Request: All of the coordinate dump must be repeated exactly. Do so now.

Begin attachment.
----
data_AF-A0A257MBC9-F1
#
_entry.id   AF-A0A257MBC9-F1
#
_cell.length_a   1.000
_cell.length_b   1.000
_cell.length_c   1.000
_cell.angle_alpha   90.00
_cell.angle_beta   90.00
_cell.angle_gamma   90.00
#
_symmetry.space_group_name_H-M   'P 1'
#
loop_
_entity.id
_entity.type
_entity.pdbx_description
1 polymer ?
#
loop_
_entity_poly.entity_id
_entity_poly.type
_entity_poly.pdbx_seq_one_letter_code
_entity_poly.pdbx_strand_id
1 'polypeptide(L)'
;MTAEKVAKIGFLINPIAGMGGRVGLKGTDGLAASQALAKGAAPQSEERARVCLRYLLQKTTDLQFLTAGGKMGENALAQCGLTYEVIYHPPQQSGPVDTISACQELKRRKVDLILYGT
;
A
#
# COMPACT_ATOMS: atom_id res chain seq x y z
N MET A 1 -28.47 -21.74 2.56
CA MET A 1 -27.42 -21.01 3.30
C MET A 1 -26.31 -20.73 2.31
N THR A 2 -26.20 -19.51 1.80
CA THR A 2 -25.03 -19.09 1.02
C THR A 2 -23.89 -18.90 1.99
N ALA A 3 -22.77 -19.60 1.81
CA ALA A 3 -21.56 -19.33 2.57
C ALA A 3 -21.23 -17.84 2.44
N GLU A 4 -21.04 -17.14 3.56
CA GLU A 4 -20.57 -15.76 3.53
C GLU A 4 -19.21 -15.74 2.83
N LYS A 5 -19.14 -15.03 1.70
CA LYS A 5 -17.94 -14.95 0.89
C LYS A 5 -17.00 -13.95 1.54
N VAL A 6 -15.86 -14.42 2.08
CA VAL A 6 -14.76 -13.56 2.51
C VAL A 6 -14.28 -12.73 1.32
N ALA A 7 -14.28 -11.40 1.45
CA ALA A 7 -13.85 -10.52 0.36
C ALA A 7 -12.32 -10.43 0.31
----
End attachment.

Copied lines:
data_AF-A0A257MBC9-F1
#
_entry.id   AF-A0A257MBC9-F1
#
_cell.length_a   1.000
_cell.length_b   1.000
_cell.length_c   1.000
_cell.angle_alpha   90.00
_cell.angle_beta   90.00
_cell.angle_gamma   90.00
#
_symmetry.space_group_name_H-M   'P 1'
#
loop_
_entity.id
_entity.type
_entity.pdbx_description
1 polymer ?
#
loop_
_entity_poly.entity_id
_entity_poly.type
_entity_poly.pdbx_seq_one_letter_code
_entity_poly.pdbx_strand_id
1 'polypeptide(L)'
;MTAEKVAKIGFLINPIAGMGGRVGLKGTDGLAASQALAKGAAPQSEERARVCLRYLLQKTTDLQFLTAGGKMGENALAQCGLTYEVIYHPPQQSGPVDTISACQELKRRKVDLILYGT
;
A
#
# COMPACT_ATOMS: atom_id res chain seq x y z
N MET A 1 -28.47 -21.74 2.56
CA MET A 1 -27.42 -21.01 3.30
C MET A 1 -26.31 -20.73 2.31
N THR A 2 -26.20 -19.51 1.80
CA THR A 2 -25.03 -19.09 1.02
C THR A 2 -23.89 -18.90 1.99
N ALA A 3 -22.77 -19.60 1.81
CA ALA A 3 -21.56 -19.33 2.57
C ALA A 3 -21.23 -17.84 2.44
N GLU A 4 -21.04 -17.14 3.56
CA GLU A 4 -20.57 -15.76 3.53
C GLU A 4 -19.21 -15.74 2.83
N LYS A 5 -19.14 -15.03 1.70
CA LYS A 5 -17.94 -14.95 0.89
C LYS A 5 -17.00 -13.95 1.54
N VAL A 6 -15.86 -14.42 2.08
CA VAL A 6 -14.76 -13.56 2.51
C VAL A 6 -14.28 -12.73 1.32
N ALA A 7 -14.28 -11.40 1.45
CA ALA A 7 -13.85 -10.52 0.36
C ALA A 7 -12.32 -10.43 0.31